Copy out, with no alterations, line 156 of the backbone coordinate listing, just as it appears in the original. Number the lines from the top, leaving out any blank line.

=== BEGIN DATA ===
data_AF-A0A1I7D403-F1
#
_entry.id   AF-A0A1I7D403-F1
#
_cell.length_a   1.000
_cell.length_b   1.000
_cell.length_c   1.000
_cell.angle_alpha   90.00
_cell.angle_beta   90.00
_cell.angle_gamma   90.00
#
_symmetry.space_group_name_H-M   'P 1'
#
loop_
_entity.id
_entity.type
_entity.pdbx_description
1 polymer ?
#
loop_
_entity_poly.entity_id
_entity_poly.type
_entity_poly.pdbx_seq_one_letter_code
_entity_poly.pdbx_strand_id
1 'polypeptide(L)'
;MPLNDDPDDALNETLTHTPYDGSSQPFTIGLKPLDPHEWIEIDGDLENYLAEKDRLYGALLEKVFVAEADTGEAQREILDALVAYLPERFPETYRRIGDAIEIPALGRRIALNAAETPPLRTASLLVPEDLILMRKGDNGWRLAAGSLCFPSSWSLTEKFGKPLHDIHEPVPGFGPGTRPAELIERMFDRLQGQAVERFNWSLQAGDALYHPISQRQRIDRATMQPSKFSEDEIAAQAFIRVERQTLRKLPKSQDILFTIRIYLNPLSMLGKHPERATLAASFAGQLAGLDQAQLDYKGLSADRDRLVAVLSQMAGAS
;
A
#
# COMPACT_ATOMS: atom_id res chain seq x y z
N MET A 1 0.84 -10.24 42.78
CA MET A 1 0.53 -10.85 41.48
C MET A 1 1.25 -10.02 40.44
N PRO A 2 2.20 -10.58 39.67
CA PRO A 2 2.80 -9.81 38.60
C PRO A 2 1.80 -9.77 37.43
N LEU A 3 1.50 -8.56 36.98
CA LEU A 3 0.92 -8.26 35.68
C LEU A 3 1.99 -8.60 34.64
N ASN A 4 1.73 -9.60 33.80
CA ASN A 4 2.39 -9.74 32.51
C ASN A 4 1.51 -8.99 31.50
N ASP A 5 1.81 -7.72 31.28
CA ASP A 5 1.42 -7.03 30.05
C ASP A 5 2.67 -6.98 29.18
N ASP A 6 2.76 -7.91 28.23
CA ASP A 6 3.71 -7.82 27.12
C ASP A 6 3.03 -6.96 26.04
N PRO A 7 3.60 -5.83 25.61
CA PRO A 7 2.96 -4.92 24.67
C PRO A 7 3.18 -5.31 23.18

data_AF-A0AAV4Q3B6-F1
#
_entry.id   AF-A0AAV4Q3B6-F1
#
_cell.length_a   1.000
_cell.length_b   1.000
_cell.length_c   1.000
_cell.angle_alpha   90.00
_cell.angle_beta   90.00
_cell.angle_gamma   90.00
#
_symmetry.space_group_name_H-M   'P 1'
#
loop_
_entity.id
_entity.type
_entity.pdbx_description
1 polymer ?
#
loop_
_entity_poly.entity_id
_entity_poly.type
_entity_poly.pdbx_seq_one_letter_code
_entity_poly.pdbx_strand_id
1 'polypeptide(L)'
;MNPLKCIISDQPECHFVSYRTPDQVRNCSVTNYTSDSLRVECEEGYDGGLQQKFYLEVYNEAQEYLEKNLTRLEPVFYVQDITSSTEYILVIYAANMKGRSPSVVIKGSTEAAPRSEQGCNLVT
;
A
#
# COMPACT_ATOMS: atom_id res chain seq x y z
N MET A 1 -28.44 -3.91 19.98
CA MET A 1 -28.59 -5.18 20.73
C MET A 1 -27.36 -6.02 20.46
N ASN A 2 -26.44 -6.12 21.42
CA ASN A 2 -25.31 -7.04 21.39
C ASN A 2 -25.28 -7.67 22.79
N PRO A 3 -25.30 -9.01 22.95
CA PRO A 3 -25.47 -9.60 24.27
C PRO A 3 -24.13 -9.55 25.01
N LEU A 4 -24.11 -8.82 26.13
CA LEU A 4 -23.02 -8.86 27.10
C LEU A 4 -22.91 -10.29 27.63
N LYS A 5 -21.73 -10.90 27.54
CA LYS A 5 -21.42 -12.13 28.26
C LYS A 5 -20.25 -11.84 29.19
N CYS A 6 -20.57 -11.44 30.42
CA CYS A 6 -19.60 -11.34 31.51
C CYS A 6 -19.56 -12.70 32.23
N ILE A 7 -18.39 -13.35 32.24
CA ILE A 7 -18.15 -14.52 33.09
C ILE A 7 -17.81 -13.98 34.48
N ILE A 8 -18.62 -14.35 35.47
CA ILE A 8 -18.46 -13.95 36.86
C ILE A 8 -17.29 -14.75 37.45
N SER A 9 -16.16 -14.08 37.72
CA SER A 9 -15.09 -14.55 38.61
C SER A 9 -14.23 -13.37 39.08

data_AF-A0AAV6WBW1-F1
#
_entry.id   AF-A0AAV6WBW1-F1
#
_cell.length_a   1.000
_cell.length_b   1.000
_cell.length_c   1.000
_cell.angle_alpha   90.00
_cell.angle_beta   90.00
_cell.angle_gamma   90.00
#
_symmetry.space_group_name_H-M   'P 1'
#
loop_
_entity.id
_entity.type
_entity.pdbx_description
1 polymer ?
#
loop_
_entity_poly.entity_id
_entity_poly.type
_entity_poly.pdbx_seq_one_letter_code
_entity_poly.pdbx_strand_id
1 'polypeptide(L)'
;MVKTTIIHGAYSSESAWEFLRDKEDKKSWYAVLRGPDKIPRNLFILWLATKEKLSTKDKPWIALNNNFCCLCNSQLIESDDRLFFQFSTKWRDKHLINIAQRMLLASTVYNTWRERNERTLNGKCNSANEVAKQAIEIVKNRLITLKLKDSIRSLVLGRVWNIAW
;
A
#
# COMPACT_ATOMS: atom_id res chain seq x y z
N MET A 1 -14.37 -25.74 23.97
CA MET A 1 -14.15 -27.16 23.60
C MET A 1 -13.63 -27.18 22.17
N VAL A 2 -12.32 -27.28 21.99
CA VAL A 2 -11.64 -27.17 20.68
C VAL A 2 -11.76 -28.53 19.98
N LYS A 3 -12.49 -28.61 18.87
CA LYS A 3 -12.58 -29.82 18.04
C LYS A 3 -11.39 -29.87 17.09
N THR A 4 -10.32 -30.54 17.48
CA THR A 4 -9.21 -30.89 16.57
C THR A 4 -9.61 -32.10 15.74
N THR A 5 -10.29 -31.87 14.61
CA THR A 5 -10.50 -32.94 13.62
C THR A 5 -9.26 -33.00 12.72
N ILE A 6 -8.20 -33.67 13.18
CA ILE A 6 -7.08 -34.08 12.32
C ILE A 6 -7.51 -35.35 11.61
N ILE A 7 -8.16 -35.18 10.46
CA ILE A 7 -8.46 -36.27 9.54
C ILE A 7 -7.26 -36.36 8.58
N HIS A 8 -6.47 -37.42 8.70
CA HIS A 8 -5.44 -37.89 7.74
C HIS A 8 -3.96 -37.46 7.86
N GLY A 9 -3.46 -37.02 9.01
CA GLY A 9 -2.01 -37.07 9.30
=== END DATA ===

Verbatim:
C ILE A 6 -7.51 -35.35 11.61